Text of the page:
Why I didn't make predictions
Since 2006, I’ve been making annual predictions about what would happen in the coming year, and well, this year, I didn’t. Part of it was because I spent a week travelling and had limited time and internet access, but if I’d really wanted to, I could have made it happen. The project of prediction, however, has come to make me a little queasy, particularly watching the degree of anxiety brought up for some people by empty-headed projections like the Mayan apocalypse.
I’ve always prefaced any predictions that I make with the fact that you should remember what you are paying for my opinion and judge it accordingly. Some years I’ve been astonishingly (especially to me) on-target. Some years I’ve been much further off. It never mattered much, because I know I’m guessing and reading trends about as well as anyone does. But ultimately, I thought about it and decided that even slightly-tongue-in-cheek crystal ball gazing just isn’t the most interesting thing I can do, and I think for the environmental movement generally, it is probably destructive.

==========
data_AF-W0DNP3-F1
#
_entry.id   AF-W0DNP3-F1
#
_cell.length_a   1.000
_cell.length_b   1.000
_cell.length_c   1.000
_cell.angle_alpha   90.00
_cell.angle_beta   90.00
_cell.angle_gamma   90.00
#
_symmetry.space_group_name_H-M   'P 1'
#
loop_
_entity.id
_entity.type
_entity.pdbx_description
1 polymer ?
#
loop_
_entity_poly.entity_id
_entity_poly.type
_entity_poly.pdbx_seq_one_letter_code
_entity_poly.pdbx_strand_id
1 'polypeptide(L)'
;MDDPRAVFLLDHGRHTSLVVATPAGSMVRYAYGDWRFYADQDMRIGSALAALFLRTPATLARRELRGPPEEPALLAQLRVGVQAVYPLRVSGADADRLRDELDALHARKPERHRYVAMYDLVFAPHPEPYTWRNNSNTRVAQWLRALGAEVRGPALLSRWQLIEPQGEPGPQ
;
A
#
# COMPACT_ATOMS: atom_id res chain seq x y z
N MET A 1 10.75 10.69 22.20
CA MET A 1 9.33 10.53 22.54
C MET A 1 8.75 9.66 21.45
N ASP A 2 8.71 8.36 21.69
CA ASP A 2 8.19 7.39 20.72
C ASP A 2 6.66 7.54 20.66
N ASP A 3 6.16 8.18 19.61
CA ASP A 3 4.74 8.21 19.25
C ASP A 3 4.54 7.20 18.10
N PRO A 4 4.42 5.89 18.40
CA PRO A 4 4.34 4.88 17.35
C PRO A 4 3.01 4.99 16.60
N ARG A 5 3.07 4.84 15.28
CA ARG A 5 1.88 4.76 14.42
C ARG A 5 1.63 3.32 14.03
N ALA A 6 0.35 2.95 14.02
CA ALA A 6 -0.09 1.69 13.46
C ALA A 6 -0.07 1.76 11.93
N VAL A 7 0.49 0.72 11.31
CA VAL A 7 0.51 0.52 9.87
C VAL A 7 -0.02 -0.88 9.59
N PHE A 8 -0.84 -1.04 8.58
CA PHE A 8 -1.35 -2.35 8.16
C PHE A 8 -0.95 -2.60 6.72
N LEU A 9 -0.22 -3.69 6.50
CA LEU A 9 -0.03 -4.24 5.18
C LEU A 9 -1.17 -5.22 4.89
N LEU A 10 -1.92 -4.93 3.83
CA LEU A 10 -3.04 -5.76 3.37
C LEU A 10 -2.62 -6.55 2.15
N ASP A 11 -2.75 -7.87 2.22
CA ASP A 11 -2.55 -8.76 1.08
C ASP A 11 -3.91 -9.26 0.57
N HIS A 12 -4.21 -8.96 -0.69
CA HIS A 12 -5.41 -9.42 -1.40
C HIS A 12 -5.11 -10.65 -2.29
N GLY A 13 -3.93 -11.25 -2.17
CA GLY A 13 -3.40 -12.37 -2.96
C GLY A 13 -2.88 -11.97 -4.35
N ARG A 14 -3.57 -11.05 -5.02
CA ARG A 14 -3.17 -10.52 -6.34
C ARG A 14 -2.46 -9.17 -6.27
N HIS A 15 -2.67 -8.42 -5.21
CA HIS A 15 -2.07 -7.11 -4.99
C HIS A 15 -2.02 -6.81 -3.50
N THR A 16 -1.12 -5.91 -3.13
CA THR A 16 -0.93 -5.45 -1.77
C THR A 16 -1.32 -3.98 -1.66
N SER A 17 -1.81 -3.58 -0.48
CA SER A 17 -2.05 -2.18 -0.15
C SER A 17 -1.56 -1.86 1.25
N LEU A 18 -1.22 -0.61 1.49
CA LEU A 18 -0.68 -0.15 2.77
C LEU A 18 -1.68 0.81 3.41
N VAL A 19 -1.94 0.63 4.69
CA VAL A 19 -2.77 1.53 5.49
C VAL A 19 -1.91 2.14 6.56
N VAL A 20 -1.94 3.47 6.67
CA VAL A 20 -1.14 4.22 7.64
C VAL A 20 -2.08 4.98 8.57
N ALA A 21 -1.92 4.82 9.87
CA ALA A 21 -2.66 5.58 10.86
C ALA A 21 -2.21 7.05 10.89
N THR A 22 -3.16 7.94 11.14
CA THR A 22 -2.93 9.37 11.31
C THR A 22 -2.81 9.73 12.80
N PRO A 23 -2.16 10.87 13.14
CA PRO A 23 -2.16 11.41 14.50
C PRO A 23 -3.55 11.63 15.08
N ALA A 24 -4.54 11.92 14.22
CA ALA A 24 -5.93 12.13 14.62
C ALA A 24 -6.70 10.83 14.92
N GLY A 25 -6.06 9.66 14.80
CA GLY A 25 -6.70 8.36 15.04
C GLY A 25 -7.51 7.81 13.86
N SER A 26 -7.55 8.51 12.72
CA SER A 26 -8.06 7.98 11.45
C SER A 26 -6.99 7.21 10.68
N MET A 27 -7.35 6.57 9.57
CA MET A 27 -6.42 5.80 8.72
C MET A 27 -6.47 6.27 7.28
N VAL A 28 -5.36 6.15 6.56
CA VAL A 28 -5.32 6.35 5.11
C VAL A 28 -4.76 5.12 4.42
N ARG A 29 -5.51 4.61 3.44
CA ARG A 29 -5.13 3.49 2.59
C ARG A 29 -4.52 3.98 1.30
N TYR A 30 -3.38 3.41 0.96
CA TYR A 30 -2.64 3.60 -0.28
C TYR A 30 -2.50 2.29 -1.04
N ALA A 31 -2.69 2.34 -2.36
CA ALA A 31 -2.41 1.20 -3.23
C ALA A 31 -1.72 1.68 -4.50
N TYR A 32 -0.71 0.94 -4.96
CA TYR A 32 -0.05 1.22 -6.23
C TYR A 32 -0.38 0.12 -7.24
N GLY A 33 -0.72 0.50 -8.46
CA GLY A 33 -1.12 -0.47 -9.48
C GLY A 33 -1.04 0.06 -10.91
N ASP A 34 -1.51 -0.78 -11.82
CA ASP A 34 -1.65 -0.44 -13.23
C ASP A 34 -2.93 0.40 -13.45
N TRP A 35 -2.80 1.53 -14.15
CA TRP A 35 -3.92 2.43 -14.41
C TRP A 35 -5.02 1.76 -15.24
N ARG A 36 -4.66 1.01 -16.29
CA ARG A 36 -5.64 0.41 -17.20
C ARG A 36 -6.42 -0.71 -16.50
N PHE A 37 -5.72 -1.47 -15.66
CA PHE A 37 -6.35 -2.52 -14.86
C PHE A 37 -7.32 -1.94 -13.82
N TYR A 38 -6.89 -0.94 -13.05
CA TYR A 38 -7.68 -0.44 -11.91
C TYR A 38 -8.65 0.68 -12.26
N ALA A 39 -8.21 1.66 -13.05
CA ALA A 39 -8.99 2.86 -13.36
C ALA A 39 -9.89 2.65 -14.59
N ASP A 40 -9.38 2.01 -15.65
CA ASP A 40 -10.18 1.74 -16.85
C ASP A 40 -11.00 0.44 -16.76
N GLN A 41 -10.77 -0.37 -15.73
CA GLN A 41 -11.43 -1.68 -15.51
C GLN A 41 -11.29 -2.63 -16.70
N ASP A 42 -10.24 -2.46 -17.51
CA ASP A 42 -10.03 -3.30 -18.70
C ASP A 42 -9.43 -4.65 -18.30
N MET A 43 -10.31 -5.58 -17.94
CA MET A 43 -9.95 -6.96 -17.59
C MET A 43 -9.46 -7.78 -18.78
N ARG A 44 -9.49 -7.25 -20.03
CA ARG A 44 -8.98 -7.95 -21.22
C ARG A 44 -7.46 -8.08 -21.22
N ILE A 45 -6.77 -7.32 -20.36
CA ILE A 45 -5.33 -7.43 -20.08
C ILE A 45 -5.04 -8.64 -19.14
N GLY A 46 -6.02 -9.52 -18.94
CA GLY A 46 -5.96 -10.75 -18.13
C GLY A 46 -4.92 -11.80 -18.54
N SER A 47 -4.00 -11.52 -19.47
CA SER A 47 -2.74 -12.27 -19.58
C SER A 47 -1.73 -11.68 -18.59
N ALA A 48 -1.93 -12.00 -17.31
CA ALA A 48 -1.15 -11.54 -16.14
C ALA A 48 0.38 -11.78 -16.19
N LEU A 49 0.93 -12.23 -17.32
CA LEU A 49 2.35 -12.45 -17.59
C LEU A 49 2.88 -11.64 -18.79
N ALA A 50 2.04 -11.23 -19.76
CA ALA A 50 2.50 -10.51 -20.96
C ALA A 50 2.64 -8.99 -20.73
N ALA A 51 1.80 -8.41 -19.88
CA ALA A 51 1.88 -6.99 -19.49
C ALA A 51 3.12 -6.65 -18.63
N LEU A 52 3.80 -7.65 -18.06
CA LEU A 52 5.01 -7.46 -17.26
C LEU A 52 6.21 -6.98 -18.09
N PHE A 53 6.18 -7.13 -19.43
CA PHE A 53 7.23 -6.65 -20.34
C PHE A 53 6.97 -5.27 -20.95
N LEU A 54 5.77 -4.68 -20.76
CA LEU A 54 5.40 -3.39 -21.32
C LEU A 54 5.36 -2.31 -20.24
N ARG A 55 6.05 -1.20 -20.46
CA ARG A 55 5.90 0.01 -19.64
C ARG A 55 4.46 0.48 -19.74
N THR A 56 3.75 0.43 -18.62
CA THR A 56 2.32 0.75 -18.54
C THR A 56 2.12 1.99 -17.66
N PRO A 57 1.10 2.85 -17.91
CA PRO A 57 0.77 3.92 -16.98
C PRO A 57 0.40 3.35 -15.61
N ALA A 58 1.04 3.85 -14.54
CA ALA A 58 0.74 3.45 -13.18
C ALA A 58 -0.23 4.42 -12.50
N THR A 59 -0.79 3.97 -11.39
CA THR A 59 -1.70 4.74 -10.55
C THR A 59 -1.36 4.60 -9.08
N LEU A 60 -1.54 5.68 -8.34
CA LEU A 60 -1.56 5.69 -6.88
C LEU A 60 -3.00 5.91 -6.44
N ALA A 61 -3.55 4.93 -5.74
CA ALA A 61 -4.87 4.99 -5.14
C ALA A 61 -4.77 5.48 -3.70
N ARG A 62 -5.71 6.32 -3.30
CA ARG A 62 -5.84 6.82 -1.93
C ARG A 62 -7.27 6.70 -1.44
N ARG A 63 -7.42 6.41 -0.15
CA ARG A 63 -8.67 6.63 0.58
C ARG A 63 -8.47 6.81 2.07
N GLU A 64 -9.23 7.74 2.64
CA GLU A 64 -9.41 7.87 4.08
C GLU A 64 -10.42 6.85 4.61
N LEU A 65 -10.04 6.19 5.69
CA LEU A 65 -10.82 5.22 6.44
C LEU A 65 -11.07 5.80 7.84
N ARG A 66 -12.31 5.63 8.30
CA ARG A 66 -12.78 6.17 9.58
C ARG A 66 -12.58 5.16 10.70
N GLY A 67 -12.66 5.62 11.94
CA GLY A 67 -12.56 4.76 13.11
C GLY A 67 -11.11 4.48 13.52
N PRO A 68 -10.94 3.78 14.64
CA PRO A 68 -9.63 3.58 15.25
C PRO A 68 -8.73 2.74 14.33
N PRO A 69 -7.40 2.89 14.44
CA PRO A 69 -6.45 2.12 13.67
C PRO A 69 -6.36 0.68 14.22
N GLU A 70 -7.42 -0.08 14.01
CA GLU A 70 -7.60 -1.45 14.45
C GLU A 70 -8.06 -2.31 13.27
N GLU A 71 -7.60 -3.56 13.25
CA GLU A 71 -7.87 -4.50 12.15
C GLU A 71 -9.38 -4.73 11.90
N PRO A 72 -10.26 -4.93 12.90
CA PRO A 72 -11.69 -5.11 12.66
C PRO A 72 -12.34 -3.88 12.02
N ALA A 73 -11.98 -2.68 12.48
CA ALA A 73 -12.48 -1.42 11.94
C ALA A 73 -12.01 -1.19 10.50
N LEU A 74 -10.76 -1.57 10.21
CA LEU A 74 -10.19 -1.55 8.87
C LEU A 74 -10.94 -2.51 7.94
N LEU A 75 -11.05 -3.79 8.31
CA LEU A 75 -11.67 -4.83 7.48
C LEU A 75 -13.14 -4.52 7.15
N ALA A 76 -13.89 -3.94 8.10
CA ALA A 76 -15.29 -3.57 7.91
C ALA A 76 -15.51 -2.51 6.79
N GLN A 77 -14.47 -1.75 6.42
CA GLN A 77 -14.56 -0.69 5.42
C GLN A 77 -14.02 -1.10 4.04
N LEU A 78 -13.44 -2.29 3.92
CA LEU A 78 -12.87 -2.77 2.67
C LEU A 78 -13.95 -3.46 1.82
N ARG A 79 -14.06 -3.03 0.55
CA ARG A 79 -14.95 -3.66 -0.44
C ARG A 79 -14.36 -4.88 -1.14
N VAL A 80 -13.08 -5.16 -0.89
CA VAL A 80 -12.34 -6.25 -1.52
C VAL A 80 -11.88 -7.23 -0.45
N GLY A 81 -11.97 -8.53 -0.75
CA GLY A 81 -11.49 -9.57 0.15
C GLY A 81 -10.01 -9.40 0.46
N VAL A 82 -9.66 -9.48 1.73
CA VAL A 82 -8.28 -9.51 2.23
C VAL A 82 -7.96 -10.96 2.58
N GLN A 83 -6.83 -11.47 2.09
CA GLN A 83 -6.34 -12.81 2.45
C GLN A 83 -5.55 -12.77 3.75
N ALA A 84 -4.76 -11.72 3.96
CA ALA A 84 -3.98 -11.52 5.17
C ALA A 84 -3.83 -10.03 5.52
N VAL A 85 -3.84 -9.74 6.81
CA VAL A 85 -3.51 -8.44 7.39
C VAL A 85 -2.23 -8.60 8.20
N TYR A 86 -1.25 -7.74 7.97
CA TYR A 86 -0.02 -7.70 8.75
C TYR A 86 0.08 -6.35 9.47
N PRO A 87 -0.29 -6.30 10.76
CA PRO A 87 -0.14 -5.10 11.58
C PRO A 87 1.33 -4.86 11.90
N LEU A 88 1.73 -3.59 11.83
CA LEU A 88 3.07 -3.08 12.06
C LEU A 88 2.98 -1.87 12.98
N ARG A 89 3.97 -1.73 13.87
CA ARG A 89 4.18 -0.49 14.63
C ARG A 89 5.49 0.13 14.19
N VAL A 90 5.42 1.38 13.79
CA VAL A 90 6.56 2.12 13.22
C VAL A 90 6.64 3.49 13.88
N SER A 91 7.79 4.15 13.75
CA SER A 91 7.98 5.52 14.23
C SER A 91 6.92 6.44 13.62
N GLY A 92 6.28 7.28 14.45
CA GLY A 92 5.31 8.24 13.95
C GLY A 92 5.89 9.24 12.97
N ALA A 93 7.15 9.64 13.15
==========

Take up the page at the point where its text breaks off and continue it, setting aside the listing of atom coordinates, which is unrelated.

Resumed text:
Since I began seriously writing about peak oil and climate change, I’ve seen a lot of people make predictions – some of them very specific predictions, and often, been very wrong. Every time someone is wrong about one of these specific predictions, it erodes credibility, and it fixates people on a specific time, rather than on the general trends, which are very, very clear. I don’t actually care which year we slide off the oil plateau that much, nor which year it becomes impossible to ignore climate change – we know both those things are going to happen. I’ve come to think that trying to time them shifts the focus to the timing, not to the process – because, of course, for peak oil, climate change, our economic crisis and the world food security crisis, we’re not talking about things that are going to happen, but that are in various stages of already-ness. We’re here.
So I’m giving up my end-of-year predictions to focus on what is, and where that leads us. When we get there is anyone’s guess. Where we are going is much clearer territory.